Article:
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I am spending summer in Poland and I bought a return ticket that will make me come back after a 90-day period (I will be in the country for 92 days). I wonder how I can get some paperwork that will allow my wife to stay in the country for more than 90 days. I do not want to leave the country as I do not have much time and I would rather get some papers that would allow her to stay.

I would like a permanent solution so I can come back for longer stays to Poland with her over other journeys and vacations. (Since I travel to Europe a lot, a solution that would allow me to travel across other European nations for over 90 days as well would be preferred)

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So is this more an immigration than a travel question? –  RoflcoptrException Jul 10 '12 at 18:03
    
no i made a mistake of asking about immigration on my last question. However all i really want is to come for long vacation to Poland with my wife. Not to migrate to live in Poland. –  Xitcod13 Jul 10 '12 at 18:05
    
What country are you from? –  johndbritton Jul 18 '12 at 10:21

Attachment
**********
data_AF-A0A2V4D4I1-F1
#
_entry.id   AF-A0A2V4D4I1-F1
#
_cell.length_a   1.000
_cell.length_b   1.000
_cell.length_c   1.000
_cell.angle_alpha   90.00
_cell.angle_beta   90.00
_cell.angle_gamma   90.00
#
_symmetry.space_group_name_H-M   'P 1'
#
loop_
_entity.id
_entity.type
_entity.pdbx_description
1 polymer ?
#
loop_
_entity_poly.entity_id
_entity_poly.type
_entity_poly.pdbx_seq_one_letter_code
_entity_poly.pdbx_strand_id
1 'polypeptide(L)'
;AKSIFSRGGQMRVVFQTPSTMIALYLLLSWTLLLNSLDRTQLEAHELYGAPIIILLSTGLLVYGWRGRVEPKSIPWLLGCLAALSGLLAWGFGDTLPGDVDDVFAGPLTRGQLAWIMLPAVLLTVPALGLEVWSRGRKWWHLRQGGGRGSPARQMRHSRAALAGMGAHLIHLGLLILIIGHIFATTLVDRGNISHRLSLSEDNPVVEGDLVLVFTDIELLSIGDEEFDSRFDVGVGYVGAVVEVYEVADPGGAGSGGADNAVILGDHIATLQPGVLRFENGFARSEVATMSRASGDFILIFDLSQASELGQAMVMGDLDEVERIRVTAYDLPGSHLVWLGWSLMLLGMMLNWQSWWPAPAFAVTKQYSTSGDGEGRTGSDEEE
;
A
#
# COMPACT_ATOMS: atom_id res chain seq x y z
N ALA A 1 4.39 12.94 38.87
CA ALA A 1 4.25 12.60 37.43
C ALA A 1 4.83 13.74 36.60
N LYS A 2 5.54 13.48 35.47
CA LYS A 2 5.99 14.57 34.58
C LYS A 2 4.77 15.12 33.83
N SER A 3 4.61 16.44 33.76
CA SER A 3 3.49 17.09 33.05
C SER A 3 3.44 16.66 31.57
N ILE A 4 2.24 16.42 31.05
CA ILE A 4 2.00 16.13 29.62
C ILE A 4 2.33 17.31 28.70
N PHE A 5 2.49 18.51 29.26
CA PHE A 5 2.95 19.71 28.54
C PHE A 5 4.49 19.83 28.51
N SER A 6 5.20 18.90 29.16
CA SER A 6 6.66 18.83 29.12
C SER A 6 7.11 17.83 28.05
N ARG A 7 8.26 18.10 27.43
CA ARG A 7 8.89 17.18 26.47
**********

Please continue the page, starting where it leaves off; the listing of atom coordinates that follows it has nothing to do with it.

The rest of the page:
I was born in Poland but I live in US (and thats where im visiting from) –  Xitcod13 Jul 18 '12 at 11:49

1 Answer 1

This may be interesting for you: http://www.nomadicmatt.com/travel-blogs/how-to-legally-stay-in-europe-for-more-than-90-days/:

With so many visa rules, it’s so easy stay in Europe beyond 90 days as a tourist – you just need to mix up the countries you visit. The United Kingdom has their own rules that allow you to stay 180 days. Most non-Schengen countries such as Ukraine, Moldova, Croatia, and other Balkan countries allow you to stay for up to 60 or 90 days. So all you need to do is spend 90 days in the Schengen zone, visit the UK, go to the Balkans, hang out in Ukraine, or drink wine in Moldova. If you align your schedule right, you can easily be out of the zone for 90 days but still in Europe

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A nice idea. It's only 2 days overtime, which can be spent, for example, in Lviv. A nice city near the Polish border. –  Donaudampfschifffreizeitfahrt Jun 13 at 13:45

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